Influence of light exposure during early life on the age of onset of bipolar disorder

Bauer, Michael, Glenn, Tasha, Alda, Martin, Andreassen, Ole A., Angelopoulos, Elias, Ardau, Raffaella, Baethge, Christopher, Bauer, Rita, Baune, Bernhard T., Bellivier, Frank, Belmaker, Robert H., Berk, Michael, Bjella, Thomas D., Bossini, Letizia, Bersudsky, Yuly, Cheung, Eric Yat Wo, Conell, Jörn, del Zompo, Maria, Dodd, Seetal, Etain, Bruno, Fagiolini, Andrea, Frye, Mark A., Fountoulakis, Kostas N., Garneau-Fournier, Jade, Gonzalez-Pinto, Ana, Gottlieb, John F., Harima, Hirohiko, Hassel, Stefanie, Henry, Chantal, Iacovides, Apostolos, Isometsä, Erkki T., Kapczinski, Flávio, Kliwicki, Sebastian, König, Barbara, Krogh, Rikke, Lewitzka, Ute, Lopez-Jaramillo, Carlos, MacQueen, Glenda M., Manchia, Mirko, Marsh, Wendy, Martinez-Cengotitabengoa, Mónica, Melle, Ingrid, Monteith, Scott, Morken, Gunnar, Munoz, Rodrigo, Nery, Fabiano G., O'Donovan, Claire, Osher, Yamima, Pfennig, Andrea, Quiroz, Danilo, Ramesar, Raj, Rasgon, Natalie, Reif, Andreas, Ritter, Philipp, Rybakowski, Janusz K., Sagduyu, Kemal, Scippa, Ângela M., Severus, Emanuel, Simhandl, Christian, Stein, Dan J., Strejilevich, Sergio, Hatim Sulaiman, Ahmad, Suominen, Kirsi, Tagata, Hiromi, Tatebayashi, Yoshitaka, Torrent, Carla, Vieta, Eduard, Viswanath, Biju, Wanchoo, Mihir J., Zetin, Mark and Whybrow, Peter C. (2015). Influence of light exposure during early life on the age of onset of bipolar disorder. Journal of Psychiatric Research, In Pre ,

Abstract

Background: Environmental conditions early in life may imprint the circadian system and influence response to environmental signals later in life. We previously determined that a large springtime increase in solar insolation at the onset location was associated with a younger age of onset of bipolar disorder, especially with a family history of mood disorders. This study investigated whether the hours of daylight at the birth location affected this association. Methods: Data collected previously at 36 collection sites from 23 countries were available for 3896 patients with bipolar I disorder, born between latitudes of 1.4N and 70.7N, and 1.2S and 41.3S. Hours of daylight variables for the birth location were added to a base model to assess the relation between the age of onset and solar insolation. Results: More hours of daylight at the birth location during early life was associated with an older age of onset, suggesting reduced vulnerability to the future circadian challenge of the springtime increase in solar insolation at the onset location. Addition of the minimum of the average monthly hours of daylight during the first 3 months of life improved the base model, with a significant positive relationship to age of onset. Coefficients for all other variables remained stable, significant and consistent with the base model. Conclusions: Light exposure during early life may have important consequences for those who are susceptible to bipolar disorder, especially at latitudes with little natural light in winter. This study indirectly supports the concept that early life exposure to light may affect the long term adaptability to respond to a circadian challenge later in life.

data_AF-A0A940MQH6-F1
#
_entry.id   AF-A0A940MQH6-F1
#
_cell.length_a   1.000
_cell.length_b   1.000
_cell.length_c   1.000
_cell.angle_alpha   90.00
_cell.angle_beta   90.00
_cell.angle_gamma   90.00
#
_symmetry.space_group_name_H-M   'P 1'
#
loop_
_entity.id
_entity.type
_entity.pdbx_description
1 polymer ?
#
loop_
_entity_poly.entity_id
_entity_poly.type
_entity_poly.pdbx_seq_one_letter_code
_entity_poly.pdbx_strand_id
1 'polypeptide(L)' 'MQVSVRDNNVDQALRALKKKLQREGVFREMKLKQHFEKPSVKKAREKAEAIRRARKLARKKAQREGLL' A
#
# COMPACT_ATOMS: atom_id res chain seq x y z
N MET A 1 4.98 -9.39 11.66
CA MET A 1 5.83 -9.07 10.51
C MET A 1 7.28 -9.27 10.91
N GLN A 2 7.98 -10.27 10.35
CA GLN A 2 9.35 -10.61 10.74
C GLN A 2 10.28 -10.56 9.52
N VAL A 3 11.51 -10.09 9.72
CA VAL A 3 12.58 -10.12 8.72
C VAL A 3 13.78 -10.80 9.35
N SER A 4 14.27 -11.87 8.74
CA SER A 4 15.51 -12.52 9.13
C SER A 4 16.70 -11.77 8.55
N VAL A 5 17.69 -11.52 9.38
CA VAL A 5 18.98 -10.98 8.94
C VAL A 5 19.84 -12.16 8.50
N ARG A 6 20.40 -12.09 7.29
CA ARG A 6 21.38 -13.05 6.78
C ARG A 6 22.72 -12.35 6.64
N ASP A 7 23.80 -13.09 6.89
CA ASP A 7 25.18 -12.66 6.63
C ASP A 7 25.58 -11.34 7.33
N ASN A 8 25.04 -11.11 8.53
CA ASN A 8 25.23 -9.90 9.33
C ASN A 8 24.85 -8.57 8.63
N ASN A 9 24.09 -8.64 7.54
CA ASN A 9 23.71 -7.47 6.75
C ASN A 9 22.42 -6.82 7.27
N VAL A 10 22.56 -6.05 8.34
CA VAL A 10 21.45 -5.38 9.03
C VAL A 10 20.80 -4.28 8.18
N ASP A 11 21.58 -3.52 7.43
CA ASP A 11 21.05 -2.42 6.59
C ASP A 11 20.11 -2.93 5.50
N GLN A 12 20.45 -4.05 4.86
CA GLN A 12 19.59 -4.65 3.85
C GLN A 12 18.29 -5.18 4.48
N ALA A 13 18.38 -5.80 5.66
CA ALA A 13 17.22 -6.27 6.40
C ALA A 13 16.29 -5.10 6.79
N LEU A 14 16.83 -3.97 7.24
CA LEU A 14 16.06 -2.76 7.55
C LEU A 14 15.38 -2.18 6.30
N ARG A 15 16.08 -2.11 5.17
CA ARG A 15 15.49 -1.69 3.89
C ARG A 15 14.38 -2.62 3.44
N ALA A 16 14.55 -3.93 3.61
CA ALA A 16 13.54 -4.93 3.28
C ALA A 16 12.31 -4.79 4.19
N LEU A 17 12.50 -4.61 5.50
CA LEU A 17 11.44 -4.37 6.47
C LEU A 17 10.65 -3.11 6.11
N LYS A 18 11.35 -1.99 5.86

Publication DOI: https://doi.org/10.1016/j.jpsychires.2015.03.013
Divisions: Life & Health Sciences > Psychology
Life & Health Sciences > Neurosciences research group
Life & Health Sciences
Life & Health Sciences > Basic & Applied Neurosciences research group
Additional Information: NOTICE: this is the author’s version of a work that was accepted for publication in Journal of psychiatric research. Changes resulting from the publishing process, such as peer review, editing, corrections, structural formatting, and other quality control mechanisms may not be reflected in this document. Changes may have been made to this work since it was submitted for publication. A definitive version was subsequently published in Bauer, M., Glenn, T., Alda, M., Andreassen, O. A., Angelopoulos, E., Ardau, R., ... Whybrow, P. C. (2015). Influence of light exposure during early life on the age of onset of bipolar disorder. Journal of psychiatric research, In Press (2015) DOI http://dx.doi.org/10.1016/j.jpsychires.2015.03.013
Uncontrolled Keywords: bipolar disorder, hours of daylight,insolation,sunlight,age of onset
Published Date: 2015
Authors: Bauer, Michael
Glenn, Tasha
Alda, Martin
Andreassen, Ole A.
Angelopoulos, Elias
Ardau, Raffaella
Baethge, Christopher
Bauer, Rita
Baune, Bernhard T.
Bellivier, Frank
Belmaker, Robert H.
Berk, Michael
Bjella, Thomas D.
Bossini, Letizia
Bersudsky, Yuly
Cheung, Eric Yat Wo
Conell, Jörn
del Zompo, Maria
Dodd, Seetal
Etain, Bruno
Fagiolini, Andrea
Frye, Mark A.
Fountoulakis, Kostas N.
Garneau-Fournier, Jade
Gonzalez-Pinto, Ana
Gottlieb, John F.
Harima, Hirohiko
Hassel, Stefanie ( 0000-0001-7240-1581)
Henry, Chantal
Iacovides, Apostolos
Isometsä, Erkki T.
Kapczinski, Flávio
Kliwicki, Sebastian
König, Barbara
Krogh, Rikke
Lewitzka, Ute
Lopez-Jaramillo, Carlos
MacQueen, Glenda M.
Manchia, Mirko
Marsh, Wendy
Martinez-Cengotitabengoa, Mónica
Melle, Ingrid
Monteith, Scott
Morken, Gunnar
Munoz, Rodrigo
Nery, Fabiano G.
O'Donovan, Claire
Osher, Yamima
Pfennig, Andrea
Quiroz, Danilo
Ramesar, Raj
Rasgon, Natalie
Reif, Andreas
Ritter, Philipp
Rybakowski, Janusz K.
Sagduyu, Kemal
Scippa, Ângela M.
Severus, Emanuel
Simhandl, Christian
Stein, Dan J.
Strejilevich, Sergio
Hatim Sulaiman, Ahmad
Suominen, Kirsi
Tagata, Hiromi
Tatebayashi, Yoshitaka
Torrent, Carla
Vieta, Eduard
Viswanath, Biju
Wanchoo, Mihir J.
Zetin, Mark
Whybrow, Peter C.

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